The Telegraph
Since 1st March, 1999
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Blacklist America’s, blame India’s
- Angered by terror-risk tag, Bangladesh finds a scapegoat in neighbour

Dhaka, Jan. 24: The Americans have done it, but the fault, in Dhaka’s eyes, lies with India and its “agents” at home.

The US decision earlier this month to include Bangladesh in the list of terror-risk nations and, therefore, put stricter restrictions on Bangladeshis in America has come as the biggest blow so far to the 15-month-old government of Khaleda Zia. But the villain of the piece is not so much America as the “bully” next door.

There are no anti-America protests, no belligerent processions by Islamic groups who popularised the slogan, ‘We’ll be Taliban, Bangla will be Afghan’, when the US attacks on Afghanistan began.

The beleaguered government is now desperately looking for scapegoats as well as damage-control exercises. Foreign minister Morshed Khan rushed to Washington for a meeting with US secretary of state Colin Powell, but without any hope of having the American decision revoked. His visit is clearly aimed at reassuring Bangladeshis at home and in America that the government would stand by them in their time of crisis.

And it could be a serious crisis, not just for Bangladesh’s domestic politics, but also for its economy, in which international development aid and non-resident Bangladeshis’ remittances from the US, West Asia and Malaysia play the most significant role. Officials at the newly-created ministry of expatriates’ welfare and overseas employment are calculating the possible economic damage of the US action.

It is crucial for the ruling coalition government to tell the people that it’s someone else’s — and not its own — fault. The fault-finding is simple and predictable — the American action is actually the result of a conspiracy hatched by India and its local cohorts to malign Bangladesh in the international community and project it as a new haven of Islamic terror.

Bangladesh’s minister of state for foreign affairs Riaz Rahman outlines the relentless campaign against the country ever since the new government took over in October 2001 — on the alleged attacks on minorities, repression of political opponents and, most important, the rise in “Pakistan-sponsored Islamic terrorism” aimed at India.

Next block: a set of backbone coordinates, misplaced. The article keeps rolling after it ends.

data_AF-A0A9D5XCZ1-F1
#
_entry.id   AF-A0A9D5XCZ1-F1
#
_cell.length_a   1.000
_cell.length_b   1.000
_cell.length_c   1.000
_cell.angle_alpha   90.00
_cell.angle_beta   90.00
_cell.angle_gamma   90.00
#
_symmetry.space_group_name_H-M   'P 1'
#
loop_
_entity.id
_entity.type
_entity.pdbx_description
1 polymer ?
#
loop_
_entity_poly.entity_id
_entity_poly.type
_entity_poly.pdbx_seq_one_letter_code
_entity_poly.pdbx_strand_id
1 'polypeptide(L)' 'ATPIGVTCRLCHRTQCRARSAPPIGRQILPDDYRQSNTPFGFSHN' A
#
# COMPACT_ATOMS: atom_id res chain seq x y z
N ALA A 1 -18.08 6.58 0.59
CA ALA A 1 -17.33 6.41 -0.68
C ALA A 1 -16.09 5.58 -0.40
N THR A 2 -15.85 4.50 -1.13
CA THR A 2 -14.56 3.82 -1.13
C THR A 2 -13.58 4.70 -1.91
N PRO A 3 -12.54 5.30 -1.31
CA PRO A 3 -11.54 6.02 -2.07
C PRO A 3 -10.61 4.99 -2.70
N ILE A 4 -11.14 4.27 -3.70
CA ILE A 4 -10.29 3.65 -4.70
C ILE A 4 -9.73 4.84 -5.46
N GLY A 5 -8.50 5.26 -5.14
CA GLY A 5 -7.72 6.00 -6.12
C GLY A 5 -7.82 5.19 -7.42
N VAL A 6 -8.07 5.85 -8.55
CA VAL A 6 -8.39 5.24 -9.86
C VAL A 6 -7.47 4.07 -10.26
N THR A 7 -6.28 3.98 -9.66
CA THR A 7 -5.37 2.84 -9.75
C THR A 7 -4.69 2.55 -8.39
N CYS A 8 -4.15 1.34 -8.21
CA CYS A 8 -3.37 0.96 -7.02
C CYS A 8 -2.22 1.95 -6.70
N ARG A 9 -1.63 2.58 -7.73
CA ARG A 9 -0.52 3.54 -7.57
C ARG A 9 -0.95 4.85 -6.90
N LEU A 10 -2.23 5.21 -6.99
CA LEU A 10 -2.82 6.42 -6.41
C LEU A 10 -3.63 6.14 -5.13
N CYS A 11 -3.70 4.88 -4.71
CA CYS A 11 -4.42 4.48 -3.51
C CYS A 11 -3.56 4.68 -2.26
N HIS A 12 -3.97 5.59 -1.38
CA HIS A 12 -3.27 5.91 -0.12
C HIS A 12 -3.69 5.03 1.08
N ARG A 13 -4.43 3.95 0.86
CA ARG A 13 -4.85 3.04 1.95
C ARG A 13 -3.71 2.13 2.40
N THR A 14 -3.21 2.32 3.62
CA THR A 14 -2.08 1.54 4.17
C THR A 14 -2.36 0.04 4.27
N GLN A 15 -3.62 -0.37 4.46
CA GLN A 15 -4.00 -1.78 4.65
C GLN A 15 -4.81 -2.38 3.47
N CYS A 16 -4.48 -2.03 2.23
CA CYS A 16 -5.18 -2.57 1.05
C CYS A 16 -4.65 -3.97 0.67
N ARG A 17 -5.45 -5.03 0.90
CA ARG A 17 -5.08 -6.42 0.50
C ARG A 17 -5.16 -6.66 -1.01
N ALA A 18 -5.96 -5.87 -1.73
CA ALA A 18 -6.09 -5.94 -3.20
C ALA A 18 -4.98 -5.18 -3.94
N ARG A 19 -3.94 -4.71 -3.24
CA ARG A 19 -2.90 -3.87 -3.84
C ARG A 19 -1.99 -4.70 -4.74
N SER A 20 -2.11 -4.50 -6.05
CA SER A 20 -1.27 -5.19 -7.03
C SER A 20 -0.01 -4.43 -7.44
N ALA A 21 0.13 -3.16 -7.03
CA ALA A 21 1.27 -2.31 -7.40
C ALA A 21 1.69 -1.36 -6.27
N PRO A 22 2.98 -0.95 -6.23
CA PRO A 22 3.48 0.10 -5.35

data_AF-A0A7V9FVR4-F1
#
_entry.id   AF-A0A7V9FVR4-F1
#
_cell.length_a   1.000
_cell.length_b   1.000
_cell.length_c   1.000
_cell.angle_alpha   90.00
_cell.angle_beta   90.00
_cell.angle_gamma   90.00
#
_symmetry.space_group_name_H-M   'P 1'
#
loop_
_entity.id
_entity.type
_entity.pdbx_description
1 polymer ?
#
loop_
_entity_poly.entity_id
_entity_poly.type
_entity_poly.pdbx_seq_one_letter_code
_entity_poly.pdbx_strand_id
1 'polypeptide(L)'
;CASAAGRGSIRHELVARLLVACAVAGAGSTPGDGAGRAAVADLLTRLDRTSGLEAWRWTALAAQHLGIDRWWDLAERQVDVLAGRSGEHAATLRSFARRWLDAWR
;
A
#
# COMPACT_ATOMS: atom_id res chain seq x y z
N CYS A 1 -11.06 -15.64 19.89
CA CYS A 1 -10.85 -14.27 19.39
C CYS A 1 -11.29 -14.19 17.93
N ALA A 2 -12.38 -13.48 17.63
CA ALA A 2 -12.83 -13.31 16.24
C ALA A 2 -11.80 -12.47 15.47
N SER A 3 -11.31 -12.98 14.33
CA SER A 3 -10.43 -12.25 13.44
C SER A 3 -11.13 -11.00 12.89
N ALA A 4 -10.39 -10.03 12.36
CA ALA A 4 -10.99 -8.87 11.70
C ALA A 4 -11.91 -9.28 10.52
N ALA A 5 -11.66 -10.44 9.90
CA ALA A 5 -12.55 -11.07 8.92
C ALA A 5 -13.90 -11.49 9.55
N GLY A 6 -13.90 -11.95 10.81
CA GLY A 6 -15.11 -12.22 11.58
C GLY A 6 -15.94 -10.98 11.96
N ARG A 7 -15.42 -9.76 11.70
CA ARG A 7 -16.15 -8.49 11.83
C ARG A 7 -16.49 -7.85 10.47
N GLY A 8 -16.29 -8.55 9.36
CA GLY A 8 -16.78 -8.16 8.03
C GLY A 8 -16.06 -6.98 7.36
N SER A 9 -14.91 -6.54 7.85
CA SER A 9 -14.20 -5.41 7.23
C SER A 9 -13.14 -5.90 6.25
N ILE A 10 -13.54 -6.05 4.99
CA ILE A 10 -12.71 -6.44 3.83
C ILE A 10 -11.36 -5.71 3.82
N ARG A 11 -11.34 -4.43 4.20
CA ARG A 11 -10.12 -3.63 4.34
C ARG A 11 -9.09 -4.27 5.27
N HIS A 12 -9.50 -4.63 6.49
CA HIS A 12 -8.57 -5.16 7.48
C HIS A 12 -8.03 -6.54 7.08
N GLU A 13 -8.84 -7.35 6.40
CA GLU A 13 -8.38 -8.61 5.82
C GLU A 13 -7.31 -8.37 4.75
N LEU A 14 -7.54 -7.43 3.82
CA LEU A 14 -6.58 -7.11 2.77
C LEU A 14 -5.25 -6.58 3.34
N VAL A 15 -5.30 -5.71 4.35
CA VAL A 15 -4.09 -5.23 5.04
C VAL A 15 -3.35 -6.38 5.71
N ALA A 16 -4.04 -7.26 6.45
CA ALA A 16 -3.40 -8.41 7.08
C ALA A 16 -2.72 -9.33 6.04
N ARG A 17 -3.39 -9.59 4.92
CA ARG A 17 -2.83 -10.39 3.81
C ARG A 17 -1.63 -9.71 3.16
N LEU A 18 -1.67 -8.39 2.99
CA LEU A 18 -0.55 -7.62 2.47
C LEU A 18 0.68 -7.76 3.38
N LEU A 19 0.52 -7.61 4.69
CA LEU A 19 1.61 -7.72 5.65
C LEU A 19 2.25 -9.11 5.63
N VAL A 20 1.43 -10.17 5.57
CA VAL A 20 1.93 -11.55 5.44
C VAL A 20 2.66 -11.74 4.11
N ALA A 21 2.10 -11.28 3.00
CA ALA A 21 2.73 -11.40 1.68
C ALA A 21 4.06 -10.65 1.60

The attack on the Indian Parliament in December 2001 and that outside the American Center in Calcutta in January 2002 and Indian leaders’ open accusations of Bangladesh harbouring “terrorists” have painted a “false but grim” picture of the country.

“But what have we done to India to deserve this propaganda'” Rahman asks.

Dismissing the Indian allegation that the new government has made Bangladesh a launching pad for Pakistani acts of sabotage against India, he challenges Delhi to cite a single step taken by the Zia government that could be interpreted as “hostile or provocative”.

He suspects that even the international media campaign over purported al Qaida hideouts and volunteers in Bangladesh is a fallout of New Delhi-sponsored “conspiracy”. “Where are they - the al Qaida people or the so-called Huji (Harkat-ul Jehad-i-Islami) that our detractors see here' Go and ask the people if they know of them or even heard of them'”

The public face of this conspiracy, Prime Minister Zia and her coalition leaders are daily telling the people, is none other than Sheikh Hasina. The opposition leader had gone around the world, accusing the present regime of not only indulging in political vendetta and human rights abuses but also promoting Islamic fundamentalism.

“Am I so powerful that the Americans would be influenced by what I say'” she retorts. “The fact is that this government’s acts have tarnished the image of Bangladesh as a moderate and democratic Muslim nation.”

Curiously, the US action has dominated the political campaign point on the eve of the countrywide local government elections that begin tomorrow.

Even the government knows that it is naive to say that the Americans have put Bangladesh on the terror list because of the propaganda by India or the Bangladeshi opposition. Most independent observers agree that it has more to do with the US perception of the Muslim world since the September 11 strikes on America.

Bangladesh, the third largest Muslim country, could not escape it for long. Next time, it could be India, which has a Muslim population double the size of Bangladesh’s entire population.

There is a growing consensus that this government’s handling of domestic problems and repression of political opponents and human rights activists have given it a bad name. The presence of the religious fundamentalist party, Jamat-e-Islami, in the ruling coalition and increasing signs of intolerance have put the Zia regime increasingly under the scanner.

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